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Henley Rose Playwright Competition for Women - Two Perspectives

05 May 2019 2:24 PM | Jessie Salsbury (Administrator)


The Henley Rose Playwright Competition for Women was founded by Yellow Rose Productions, with permission of Beth Henley, to encourage and recognize the new works of female playwrights. The Henley Rose Playwright Competition seeks to honor both the writings of Pulitzer Prize winner Beth Henley and those of future winners of the Henley Rose Award. 

Submissions are received July 1st of every year and capped at 200. It is a submission with a fee, but it is waived for Dramatists Guild members. You can find more information on the competition here: http://yellowroseproductions.org/henleyrose/


Ellen Wittlinger was a finalist in the 2018 competition with her play THE SUMMER DRESS.  

How did you hear about the Henley Rose Playwright competition?

I first heard about it through the Minnesota Playwright’s Center where I’m a member.

Is it something you would submit to again?

Absolutely.

What types of plays or work do you write?

I started out as a poet, I segued to fiction, started writing plays in my late 20s. But soon I had two young children and it didn’t seem possible to do the kind of unpaid travel all across the country that was the prerequisite for getting a career going in playwriting….But I'm older now and can afford to "retire" from writing for children, so about 4 years ago I went back to writing plays. That was always my first love and still is.

At this point I'm trying lots of things, some traditional 2 act comedies, full-length dramatic pieces, a hybrid of those two, some one-acts, and some 10-minute plays. These have primarily been more traditional kinds of plays, but I'm hoping to try writing something more experimental now as well.

Are there any other conferences or competitions that you have been a winner or finalist for that you have enjoyed or been a part of?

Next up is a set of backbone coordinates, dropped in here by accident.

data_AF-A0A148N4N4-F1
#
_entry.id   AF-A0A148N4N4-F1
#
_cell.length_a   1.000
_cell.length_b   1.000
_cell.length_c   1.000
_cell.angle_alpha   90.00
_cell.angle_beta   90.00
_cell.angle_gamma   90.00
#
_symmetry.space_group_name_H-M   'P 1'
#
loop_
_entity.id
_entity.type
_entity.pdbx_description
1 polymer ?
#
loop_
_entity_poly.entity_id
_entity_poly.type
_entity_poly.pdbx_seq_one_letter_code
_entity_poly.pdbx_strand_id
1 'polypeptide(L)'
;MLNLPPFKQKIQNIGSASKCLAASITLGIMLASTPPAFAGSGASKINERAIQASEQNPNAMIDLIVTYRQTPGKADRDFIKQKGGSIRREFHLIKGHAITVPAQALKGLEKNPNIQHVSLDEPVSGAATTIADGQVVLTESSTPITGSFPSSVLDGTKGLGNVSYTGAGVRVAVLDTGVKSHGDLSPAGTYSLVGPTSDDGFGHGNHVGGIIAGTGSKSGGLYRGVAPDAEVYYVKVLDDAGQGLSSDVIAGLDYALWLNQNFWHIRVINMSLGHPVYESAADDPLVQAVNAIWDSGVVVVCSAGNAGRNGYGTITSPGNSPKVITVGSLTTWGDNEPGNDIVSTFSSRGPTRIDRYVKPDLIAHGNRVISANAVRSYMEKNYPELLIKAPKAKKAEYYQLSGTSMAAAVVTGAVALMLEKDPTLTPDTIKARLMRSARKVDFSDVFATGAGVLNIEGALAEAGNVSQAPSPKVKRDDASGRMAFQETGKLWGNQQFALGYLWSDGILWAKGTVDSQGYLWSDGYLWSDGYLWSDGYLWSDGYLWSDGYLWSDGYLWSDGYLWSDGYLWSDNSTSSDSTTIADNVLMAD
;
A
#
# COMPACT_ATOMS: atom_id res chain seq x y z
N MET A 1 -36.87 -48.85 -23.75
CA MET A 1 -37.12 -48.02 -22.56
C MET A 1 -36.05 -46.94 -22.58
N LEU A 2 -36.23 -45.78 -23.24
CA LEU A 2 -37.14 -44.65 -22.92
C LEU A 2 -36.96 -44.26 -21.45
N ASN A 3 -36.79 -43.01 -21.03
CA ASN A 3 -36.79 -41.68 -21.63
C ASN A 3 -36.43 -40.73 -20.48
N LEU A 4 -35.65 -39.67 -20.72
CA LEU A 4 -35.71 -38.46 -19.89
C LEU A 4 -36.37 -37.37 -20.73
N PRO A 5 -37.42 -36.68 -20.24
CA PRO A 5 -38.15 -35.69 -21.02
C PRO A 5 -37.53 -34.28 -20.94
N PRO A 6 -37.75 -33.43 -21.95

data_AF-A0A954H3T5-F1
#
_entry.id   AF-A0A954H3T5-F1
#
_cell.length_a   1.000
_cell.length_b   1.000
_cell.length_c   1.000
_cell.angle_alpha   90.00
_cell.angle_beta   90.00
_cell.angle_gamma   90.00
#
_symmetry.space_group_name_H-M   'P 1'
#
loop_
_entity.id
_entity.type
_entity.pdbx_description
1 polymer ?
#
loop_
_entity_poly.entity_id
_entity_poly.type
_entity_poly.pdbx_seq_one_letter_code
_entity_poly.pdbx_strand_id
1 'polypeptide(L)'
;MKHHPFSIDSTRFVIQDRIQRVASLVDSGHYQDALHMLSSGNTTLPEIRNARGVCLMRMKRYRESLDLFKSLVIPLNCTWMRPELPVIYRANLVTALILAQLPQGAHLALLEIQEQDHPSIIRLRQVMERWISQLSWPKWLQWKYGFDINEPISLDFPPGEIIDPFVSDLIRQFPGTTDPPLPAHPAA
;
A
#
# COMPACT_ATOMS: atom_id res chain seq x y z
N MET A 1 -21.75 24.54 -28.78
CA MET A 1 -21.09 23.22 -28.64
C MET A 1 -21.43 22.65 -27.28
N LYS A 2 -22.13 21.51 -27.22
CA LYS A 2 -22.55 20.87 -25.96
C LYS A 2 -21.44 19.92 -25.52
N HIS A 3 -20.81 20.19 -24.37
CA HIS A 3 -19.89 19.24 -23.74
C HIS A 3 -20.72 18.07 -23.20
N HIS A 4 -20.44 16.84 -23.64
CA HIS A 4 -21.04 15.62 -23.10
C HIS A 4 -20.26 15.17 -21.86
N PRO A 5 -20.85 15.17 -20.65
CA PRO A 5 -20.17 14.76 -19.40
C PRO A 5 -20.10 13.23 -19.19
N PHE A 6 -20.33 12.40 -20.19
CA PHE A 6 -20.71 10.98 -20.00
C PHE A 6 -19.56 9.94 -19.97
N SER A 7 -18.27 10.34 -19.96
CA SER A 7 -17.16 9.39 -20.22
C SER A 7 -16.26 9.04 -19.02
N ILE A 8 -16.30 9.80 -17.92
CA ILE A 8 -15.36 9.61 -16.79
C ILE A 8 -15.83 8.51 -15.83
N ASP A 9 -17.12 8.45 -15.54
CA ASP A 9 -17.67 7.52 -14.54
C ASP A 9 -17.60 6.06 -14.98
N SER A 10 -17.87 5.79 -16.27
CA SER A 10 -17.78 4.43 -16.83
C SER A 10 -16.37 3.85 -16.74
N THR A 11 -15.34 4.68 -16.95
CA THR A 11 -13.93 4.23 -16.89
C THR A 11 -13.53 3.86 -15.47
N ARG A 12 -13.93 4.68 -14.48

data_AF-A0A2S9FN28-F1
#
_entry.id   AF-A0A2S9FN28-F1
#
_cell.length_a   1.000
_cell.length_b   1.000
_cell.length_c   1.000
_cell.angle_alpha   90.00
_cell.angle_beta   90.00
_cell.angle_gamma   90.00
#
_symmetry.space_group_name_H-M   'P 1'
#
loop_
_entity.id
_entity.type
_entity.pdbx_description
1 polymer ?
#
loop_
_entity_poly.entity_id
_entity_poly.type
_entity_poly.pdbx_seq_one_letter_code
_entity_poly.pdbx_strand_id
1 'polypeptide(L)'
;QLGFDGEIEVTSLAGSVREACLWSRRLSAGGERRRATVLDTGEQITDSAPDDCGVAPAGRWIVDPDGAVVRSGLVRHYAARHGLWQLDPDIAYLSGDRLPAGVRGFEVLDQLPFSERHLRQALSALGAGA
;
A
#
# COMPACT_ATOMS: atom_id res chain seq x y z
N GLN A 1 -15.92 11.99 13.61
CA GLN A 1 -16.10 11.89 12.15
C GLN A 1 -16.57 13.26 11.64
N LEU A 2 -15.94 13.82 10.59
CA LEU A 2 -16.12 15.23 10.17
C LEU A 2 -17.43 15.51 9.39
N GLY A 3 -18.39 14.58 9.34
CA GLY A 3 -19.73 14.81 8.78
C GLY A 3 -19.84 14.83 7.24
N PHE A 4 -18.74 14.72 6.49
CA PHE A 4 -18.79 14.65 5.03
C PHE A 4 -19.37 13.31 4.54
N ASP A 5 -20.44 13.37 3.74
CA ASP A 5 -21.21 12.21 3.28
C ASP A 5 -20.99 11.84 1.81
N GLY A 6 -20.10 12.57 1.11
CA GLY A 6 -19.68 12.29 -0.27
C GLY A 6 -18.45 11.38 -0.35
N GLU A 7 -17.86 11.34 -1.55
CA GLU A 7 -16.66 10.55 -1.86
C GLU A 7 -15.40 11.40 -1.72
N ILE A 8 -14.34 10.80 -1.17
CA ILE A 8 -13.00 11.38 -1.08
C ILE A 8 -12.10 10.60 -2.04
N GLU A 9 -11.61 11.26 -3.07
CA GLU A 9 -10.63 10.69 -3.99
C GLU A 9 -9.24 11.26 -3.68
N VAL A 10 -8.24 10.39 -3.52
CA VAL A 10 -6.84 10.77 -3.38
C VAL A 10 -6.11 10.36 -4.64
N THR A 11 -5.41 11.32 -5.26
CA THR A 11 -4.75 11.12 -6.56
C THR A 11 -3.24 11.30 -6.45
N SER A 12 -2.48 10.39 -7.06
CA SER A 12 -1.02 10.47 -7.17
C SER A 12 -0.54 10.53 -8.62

I've only been sending things out for about a year and I'm just figuring out what to send where. I was a semi-finalist with a 10-minute play at The Actor's Studio of Newburyport in Massachusetts last year. In my earlier playwriting days I was also a finalist for Ensemble Studio Theatre's one-act competition.

I just found out another of my full-length plays, LEFTOVERS, is a finalist for the New Works Festival at the Garry Marshall Theatre in LA. I'd love to be able to go to that!


Melissa Bell’s play LADY CAPULET was a Henley Rose finalist in 2017.

How did you hear about the Henley Rose competition? What led you to submit? 

I saw the Henley Rose competition on a listing of submission opportunities. I had spent the year writing, workshopping and revising LADY CAPULET and felt that it was in a good place, so I began submitting it for various opportunities. With the Henley Rose Competition for Women I felt I had a level playing field. There is an incredible bias in the theatre world for plays written by men with men as the central character and women in supporting and subjugated roles. I often don’t submit to competitions with fees, but the fee was waived for members of the Dramatist Guild, which I am. As emerging playwrights, we need to submit to competitions, not just to win, but to have our work read by the judges, who then become familiar with us and our work.

 

As a finalist, you had to beat out 200 submissions. What do you think is captivating about your script that got you to the finalist level?